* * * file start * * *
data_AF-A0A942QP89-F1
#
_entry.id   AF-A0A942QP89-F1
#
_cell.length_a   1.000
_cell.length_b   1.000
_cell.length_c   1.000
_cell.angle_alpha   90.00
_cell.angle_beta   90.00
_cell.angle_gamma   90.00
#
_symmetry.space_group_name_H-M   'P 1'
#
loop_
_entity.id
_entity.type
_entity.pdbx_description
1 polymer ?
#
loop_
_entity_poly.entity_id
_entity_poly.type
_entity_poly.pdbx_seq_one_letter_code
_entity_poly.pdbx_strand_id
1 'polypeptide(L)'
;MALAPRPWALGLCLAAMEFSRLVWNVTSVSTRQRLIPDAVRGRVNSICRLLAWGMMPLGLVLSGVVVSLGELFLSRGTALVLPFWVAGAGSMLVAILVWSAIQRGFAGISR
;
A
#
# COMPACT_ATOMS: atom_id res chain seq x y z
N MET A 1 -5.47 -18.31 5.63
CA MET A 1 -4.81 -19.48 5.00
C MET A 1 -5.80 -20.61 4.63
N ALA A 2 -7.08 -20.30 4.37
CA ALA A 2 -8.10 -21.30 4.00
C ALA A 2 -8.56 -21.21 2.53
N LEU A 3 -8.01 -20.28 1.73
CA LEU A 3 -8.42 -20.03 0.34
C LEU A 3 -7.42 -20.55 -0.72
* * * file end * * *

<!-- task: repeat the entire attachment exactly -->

data_AF-A0A942QP89-F1
#
_entry.id   AF-A0A942QP89-F1
#
_cell.length_a   1.000
_cell.length_b   1.000
_cell.length_c   1.000
_cell.angle_alpha   90.00
_cell.angle_beta   90.00
_cell.angle_gamma   90.00
#
_symmetry.space_group_name_H-M   'P 1'
#
loop_
_entity.id
_entity.type
_entity.pdbx_description
1 polymer ?
#
loop_
_entity_poly.entity_id
_entity_poly.type
_entity_poly.pdbx_seq_one_letter_code
_entity_poly.pdbx_strand_id
1 'polypeptide(L)'
;MALAPRPWALGLCLAAMEFSRLVWNVTSVSTRQRLIPDAVRGRVNSICRLLAWGMMPLGLVLSGVVVSLGELFLSRGTALVLPFWVAGAGSMLVAILVWSAIQRGFAGISR
;
A
#
# COMPACT_ATOMS: atom_id res chain seq x y z
N MET A 1 -5.47 -18.31 5.63
CA MET A 1 -4.81 -19.48 5.00
C MET A 1 -5.80 -20.61 4.63
N ALA A 2 -7.08 -20.30 4.37
CA ALA A 2 -8.10 -21.30 4.00
C ALA A 2 -8.56 -21.21 2.53
N LEU A 3 -8.01 -20.28 1.73
CA LEU A 3 -8.42 -20.03 0.34
C LEU A 3 -7.42 -20.55 -0.72